Native – This refers to a plant that is endemic and has co-evolved in a local area or region. In North America, it is a plant that was present in a region prior to the arrival of European settlers.
Variety or Nativar – This refers to a native plant that was found naturally in the wild with a distinct mutation, such as flower color or size, that can reproduce itself via seed. It is natural, and was ‘selected’ for propagation due to a certain physical characteristic.
Cultivar – A cultivar is a kind of cultivated plant that people have selected for desired traits and when propagated retain those traits. Methods used to propagate cultivars include: division, root cuttings, stem cuttings, offsets, grafting, tissue culture, or carefully controlled seed production. Most cultivars arise from purposeful human manipulation. These plants cannot be found in the wild and are not natural.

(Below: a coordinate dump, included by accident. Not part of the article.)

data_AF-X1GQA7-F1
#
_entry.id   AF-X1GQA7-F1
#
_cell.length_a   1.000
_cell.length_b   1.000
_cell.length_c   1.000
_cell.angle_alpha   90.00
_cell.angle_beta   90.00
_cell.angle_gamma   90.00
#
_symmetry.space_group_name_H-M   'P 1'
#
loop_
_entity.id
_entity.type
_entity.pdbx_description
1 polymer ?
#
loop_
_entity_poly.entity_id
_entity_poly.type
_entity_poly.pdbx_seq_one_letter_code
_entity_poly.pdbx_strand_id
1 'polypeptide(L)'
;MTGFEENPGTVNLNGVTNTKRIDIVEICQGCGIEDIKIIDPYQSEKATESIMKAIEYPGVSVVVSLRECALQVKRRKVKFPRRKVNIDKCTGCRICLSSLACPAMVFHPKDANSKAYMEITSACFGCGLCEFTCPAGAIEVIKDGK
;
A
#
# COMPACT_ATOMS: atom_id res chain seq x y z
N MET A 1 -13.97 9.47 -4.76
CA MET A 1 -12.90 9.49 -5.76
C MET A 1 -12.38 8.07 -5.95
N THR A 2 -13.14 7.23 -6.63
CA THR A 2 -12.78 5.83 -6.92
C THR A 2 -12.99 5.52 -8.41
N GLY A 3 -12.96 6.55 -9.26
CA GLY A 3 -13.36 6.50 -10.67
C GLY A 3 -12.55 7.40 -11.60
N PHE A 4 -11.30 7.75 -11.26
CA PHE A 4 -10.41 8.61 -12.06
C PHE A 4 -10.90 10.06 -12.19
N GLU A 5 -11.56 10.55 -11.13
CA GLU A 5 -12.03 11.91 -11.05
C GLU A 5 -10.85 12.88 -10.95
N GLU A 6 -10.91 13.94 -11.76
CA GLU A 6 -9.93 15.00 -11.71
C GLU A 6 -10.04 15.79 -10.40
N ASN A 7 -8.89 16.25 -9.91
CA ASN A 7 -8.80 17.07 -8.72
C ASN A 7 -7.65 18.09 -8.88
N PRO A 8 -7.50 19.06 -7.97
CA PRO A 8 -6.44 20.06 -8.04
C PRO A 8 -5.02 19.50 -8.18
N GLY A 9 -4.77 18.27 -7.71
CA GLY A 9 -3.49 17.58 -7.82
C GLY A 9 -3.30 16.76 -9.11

Invasive– An invasive plant is one that is not native to a particular area. These plants grows aggressively, spread, and displaces other plants which causes great environmental harm to the new area it's been introduced to.
There are big differences in the impact these different types of plants have on pollinators and wildlife in general. Even though Nativars share many traits with their wild source species, they are sometimes missing a big component of what makes them work for non-human elements of the natural world. For example, in many cases, cultivars are sterile, and will not make seeds, which can reduce their value in the wider ecosystem. Cultivars often have reduced nutritional benefits as well, and haven’t been studied enough to identify those which may be harming pollinators by providing reduced nutritional resources. All in all, I think it's hard to argue that natives are simply the best.